Hey Pharma—Chin Up, Fella!
This is not a pep talk—but, well, it's kind of a pep talk.
A few months ago, when reporting MM&M's Outlook 2016 story on policy changes, I spoke with an esteemed industry consultant about the sorry state of pharma's public profile. In the wake of the Turing and Valeant body blows, I asked him to reassess the usual balms for perception resuscitation—that pharma needs to “tell its story, because it has a wonderful story to tell,” that it needs to “walk the public through the process by which a pharma company prices its super-helpful products.”
He wasn't hearing it. “All that stuff about R&D and the impossibility of getting a product to market and ‘we help people and they hate us'—I hear that and I shut off,” he said.
Asked for a new line of reasoning, he paused. “I always think of the Wilsonian notion of America as the world's policeman, because we're kind of the world's pharmacy in a way. Because of this market-based pricing we have, almost uniquely in the world, we are subsidizing drug development for everybody else. Is that fair? Not really. Does somebody have to do it? Probably.”
Now there's a tough sell: Weaving a we're-subsidizing- the-world's-welfare narrative would require lots of words and charts, many more than some constituencies want to hear (or have the perceptual bandwidth to assimilate and grasp) during a campaign year.
That said, what's the harm in trying? The traditional line of attack is genuine and requires little in the way of spin—yet still, every time a Turing rears its head, it gets blown back in small and indigestible pieces. Simply put, that reasoning hasn't worked. To expect it to suddenly catch on suggests a naïveté and reliance on wishful thinking that have no place in an industry populated by people who are very, very good at their jobs.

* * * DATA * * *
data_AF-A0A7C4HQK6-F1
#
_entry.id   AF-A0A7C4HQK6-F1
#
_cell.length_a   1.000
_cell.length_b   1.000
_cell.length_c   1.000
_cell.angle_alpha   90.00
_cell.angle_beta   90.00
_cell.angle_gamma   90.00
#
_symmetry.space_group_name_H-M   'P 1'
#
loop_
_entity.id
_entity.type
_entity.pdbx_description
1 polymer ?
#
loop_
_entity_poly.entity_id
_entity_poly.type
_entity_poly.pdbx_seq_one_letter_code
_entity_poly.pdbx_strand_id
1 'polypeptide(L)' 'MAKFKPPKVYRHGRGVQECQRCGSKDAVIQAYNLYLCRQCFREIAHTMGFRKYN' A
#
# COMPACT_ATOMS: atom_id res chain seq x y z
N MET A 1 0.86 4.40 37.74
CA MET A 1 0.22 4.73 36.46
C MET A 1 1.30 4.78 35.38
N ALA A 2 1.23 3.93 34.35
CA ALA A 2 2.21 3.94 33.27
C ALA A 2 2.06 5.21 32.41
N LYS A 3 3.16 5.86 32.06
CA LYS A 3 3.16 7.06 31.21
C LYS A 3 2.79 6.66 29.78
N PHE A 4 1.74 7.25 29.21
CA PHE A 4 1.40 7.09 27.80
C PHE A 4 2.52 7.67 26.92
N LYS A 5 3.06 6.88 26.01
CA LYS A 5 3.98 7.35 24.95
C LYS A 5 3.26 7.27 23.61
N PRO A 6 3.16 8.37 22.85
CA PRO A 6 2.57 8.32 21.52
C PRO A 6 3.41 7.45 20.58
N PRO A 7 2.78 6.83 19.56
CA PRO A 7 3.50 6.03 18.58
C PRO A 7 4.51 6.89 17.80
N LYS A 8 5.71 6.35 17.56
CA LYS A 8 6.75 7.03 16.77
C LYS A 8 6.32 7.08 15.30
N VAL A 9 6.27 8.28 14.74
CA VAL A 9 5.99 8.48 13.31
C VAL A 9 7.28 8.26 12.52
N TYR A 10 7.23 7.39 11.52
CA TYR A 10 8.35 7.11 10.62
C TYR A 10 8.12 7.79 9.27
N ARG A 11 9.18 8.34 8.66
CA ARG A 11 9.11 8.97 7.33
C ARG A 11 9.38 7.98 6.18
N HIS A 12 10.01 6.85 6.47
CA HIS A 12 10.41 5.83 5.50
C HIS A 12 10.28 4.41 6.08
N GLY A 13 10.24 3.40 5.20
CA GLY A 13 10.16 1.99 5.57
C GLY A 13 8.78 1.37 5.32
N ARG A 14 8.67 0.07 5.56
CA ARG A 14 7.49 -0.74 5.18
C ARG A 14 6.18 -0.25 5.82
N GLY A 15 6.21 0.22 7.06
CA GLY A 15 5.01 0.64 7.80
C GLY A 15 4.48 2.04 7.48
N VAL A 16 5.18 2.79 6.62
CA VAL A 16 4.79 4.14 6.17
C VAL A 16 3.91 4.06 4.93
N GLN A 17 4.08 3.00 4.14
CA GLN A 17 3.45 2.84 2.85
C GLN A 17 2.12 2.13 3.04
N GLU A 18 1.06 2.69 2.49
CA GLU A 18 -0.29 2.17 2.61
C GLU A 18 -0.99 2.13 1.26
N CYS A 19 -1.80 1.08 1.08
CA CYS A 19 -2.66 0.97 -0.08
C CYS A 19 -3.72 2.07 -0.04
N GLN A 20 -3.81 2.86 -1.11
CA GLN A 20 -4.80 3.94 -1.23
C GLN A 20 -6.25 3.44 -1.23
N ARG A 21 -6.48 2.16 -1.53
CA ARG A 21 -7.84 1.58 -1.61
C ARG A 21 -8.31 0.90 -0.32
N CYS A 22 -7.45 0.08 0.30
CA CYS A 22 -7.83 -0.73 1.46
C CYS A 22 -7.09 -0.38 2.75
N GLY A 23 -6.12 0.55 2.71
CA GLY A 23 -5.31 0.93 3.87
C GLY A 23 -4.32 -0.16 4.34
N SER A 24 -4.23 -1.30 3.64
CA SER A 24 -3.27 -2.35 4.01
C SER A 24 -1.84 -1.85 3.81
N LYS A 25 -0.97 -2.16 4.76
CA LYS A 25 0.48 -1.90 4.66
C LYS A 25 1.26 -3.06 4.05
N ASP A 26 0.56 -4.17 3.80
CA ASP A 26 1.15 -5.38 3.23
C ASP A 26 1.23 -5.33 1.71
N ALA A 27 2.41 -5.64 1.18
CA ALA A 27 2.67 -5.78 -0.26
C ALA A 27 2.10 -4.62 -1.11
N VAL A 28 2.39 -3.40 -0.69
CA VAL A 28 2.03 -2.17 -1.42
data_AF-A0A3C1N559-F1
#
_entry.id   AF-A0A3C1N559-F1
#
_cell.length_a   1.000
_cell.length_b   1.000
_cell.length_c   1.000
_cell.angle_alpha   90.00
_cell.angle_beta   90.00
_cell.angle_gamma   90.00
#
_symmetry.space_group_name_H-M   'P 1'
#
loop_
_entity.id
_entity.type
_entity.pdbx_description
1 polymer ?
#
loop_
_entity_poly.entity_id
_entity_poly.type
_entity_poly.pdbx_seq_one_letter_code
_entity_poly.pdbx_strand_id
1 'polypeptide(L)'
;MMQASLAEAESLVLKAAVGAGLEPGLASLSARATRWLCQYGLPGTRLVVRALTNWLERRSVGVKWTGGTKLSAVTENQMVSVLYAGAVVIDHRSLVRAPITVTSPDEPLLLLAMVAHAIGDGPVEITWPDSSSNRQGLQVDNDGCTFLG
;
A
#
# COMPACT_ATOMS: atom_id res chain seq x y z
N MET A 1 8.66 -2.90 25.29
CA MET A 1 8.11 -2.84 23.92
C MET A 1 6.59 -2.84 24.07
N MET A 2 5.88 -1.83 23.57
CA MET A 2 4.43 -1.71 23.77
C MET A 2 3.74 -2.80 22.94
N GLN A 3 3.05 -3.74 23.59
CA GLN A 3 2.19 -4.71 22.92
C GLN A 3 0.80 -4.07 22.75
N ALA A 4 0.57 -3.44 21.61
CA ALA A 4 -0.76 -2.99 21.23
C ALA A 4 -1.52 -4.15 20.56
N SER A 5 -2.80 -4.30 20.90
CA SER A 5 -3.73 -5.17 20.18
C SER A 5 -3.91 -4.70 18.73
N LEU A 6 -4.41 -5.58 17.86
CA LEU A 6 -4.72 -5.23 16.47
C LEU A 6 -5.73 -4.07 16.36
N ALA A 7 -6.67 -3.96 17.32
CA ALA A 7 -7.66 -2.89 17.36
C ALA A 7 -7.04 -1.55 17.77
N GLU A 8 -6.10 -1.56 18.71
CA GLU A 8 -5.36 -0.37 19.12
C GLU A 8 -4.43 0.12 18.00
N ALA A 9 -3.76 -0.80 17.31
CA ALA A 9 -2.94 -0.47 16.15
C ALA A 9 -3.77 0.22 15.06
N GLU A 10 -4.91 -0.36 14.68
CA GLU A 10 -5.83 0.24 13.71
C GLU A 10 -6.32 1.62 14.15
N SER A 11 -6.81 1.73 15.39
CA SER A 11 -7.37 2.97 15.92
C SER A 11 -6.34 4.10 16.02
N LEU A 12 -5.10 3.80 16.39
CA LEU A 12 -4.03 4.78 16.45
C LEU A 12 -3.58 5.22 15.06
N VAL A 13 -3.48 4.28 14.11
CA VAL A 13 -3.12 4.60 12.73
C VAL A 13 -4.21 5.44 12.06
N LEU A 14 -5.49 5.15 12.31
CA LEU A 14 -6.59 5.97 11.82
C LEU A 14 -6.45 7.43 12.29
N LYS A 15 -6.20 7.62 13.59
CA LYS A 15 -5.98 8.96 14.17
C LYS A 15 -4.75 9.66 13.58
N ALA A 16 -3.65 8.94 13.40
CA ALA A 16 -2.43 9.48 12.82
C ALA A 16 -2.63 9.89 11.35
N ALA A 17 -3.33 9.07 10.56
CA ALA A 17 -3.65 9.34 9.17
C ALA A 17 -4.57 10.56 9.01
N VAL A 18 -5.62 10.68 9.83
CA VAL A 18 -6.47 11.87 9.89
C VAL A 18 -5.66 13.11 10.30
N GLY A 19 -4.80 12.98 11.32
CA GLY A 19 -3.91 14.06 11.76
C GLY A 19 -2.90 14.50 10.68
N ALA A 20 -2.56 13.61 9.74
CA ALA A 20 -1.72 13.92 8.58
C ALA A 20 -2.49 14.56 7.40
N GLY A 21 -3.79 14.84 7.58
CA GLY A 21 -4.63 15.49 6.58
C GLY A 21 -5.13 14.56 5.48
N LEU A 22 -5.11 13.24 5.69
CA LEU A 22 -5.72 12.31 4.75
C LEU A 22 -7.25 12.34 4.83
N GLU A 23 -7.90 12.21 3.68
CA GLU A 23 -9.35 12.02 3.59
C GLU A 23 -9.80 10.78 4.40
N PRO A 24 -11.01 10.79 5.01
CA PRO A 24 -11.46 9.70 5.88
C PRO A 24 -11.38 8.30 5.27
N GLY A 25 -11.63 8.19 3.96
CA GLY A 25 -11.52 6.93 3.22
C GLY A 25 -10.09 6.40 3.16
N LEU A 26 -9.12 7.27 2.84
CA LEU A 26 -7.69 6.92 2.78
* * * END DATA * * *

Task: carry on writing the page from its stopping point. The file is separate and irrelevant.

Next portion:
My bold solution, proposed from the discomfort of a too-low office chair in a cubicle far from pharma or policy ground zero: Stop apologizing. Stop pushing lowest-common-denominator arguments on audiences that have shown little willingness to accept them. Call out the dishonesty in the payer community. Call out the bad actors within your own community. The Biotechnology Industry Organization gave Turing the boot—vocally—and returned its dues payments. How about more statements of that kind?
By most rational measures, healthcare and pharma do more good than the movie business or the real estate industry. We're not the bad guys. Until everybody stops acting like we've done something wrong, we're doomed to occupy the lowest-of-the-low tier alongside the oil/gas industry and—gasp!—the federal government.
Larry Dobrow is senior editor at MM&M.